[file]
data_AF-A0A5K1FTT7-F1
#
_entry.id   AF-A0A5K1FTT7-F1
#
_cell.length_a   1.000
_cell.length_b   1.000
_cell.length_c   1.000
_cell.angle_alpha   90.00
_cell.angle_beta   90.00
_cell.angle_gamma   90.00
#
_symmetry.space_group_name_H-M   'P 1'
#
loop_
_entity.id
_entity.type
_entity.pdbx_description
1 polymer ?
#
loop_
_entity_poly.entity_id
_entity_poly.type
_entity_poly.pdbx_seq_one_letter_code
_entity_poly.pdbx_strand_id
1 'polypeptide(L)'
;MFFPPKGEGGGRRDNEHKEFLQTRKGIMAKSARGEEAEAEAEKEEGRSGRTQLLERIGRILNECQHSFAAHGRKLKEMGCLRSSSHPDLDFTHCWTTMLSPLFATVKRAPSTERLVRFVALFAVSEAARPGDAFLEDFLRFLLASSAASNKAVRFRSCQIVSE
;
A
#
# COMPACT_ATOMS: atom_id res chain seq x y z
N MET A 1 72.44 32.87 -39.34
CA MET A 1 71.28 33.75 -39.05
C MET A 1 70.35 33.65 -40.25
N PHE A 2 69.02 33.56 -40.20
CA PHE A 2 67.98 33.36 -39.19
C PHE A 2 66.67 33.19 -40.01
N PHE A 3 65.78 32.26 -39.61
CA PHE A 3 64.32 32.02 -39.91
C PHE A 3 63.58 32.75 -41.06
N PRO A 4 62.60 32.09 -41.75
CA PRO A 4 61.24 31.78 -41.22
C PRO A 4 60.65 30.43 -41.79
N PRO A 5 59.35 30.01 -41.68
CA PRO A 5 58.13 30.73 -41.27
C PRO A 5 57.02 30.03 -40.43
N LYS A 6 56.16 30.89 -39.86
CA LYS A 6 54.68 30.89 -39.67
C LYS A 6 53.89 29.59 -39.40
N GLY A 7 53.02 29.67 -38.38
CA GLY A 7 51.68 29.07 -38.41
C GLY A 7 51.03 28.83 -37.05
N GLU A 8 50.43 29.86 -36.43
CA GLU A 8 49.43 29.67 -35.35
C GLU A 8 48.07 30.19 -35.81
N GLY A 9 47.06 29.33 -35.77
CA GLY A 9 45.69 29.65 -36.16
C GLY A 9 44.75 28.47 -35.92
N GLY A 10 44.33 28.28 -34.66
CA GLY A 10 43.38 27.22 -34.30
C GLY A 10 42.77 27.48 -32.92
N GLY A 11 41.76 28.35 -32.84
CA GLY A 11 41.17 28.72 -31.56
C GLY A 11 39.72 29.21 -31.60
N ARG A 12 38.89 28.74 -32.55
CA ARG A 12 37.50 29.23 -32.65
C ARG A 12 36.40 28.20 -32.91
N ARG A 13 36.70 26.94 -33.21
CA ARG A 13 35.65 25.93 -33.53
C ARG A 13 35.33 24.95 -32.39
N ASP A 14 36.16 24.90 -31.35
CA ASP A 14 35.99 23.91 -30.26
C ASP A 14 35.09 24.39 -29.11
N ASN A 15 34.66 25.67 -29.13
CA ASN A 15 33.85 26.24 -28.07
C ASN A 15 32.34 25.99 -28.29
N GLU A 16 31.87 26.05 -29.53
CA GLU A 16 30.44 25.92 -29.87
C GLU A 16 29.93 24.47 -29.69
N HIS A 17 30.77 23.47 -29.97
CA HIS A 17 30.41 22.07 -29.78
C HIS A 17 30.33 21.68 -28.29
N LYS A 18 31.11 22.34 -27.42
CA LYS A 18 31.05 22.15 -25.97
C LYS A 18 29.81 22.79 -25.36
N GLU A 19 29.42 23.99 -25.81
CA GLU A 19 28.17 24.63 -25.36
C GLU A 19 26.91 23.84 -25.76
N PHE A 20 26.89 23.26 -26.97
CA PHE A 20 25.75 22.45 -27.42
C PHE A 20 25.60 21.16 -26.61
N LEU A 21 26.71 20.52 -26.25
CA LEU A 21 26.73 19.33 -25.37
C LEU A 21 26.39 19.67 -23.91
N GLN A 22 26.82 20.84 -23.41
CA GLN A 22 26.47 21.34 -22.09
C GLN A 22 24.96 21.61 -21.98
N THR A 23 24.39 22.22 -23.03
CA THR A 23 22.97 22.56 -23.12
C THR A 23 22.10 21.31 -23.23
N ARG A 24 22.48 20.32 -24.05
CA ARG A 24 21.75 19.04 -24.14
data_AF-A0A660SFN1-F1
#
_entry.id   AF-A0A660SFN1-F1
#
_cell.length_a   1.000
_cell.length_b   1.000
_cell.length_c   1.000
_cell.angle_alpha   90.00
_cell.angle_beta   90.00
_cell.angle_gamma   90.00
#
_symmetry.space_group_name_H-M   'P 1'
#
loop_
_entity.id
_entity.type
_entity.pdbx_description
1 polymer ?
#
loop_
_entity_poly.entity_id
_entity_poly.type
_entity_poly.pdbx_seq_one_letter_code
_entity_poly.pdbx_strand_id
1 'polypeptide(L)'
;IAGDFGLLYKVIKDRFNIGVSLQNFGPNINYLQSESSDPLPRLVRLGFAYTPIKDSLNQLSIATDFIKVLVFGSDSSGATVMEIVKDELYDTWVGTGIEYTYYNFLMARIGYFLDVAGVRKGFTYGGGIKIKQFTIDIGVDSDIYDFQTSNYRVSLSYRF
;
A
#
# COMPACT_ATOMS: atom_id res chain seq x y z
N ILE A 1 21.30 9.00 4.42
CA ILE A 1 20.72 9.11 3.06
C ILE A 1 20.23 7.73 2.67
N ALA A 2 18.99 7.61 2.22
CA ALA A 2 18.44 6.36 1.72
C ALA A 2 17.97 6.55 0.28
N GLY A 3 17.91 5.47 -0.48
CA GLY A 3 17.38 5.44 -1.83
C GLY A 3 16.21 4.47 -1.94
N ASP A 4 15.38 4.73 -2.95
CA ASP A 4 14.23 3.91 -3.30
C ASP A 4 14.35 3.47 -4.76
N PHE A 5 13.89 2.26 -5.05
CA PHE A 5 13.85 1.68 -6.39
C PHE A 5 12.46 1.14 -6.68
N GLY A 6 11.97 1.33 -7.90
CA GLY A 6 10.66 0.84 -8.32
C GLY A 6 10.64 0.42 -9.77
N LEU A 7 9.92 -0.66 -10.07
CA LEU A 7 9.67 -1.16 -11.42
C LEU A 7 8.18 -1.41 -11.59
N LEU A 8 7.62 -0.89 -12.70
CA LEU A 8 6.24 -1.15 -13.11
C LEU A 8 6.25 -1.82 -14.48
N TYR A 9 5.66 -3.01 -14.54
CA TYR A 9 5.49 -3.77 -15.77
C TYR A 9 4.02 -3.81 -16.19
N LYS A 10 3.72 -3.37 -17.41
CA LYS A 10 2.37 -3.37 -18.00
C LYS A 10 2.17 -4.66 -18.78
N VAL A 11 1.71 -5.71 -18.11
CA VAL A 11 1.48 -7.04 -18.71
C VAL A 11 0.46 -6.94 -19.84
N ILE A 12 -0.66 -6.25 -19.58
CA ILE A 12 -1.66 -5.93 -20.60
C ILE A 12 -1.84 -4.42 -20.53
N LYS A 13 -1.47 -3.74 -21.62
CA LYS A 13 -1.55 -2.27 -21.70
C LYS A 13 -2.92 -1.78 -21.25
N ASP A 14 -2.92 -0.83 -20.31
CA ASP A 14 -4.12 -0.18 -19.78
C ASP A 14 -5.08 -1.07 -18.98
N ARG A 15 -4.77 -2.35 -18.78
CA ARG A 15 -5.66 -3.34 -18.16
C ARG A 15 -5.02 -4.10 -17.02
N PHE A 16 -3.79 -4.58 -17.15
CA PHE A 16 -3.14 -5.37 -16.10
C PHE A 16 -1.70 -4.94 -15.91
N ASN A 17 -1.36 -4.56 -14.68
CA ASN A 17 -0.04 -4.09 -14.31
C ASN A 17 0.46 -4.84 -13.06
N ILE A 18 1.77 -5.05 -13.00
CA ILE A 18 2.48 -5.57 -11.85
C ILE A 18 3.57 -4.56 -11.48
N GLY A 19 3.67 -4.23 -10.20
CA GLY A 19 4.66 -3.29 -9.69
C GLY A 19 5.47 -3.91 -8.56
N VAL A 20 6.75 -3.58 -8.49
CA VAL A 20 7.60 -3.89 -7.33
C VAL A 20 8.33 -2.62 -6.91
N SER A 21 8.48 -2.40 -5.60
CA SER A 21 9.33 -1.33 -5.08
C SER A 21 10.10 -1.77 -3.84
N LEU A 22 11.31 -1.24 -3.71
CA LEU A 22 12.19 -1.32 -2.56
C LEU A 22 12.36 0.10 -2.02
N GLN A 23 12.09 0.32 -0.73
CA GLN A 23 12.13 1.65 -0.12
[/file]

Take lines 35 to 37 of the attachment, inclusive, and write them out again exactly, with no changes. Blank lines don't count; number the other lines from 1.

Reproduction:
CA PHE A 2 67.98 33.36 -39.19
C PHE A 2 66.67 33.19 -40.01
N PHE A 3 65.78 32.26 -39.61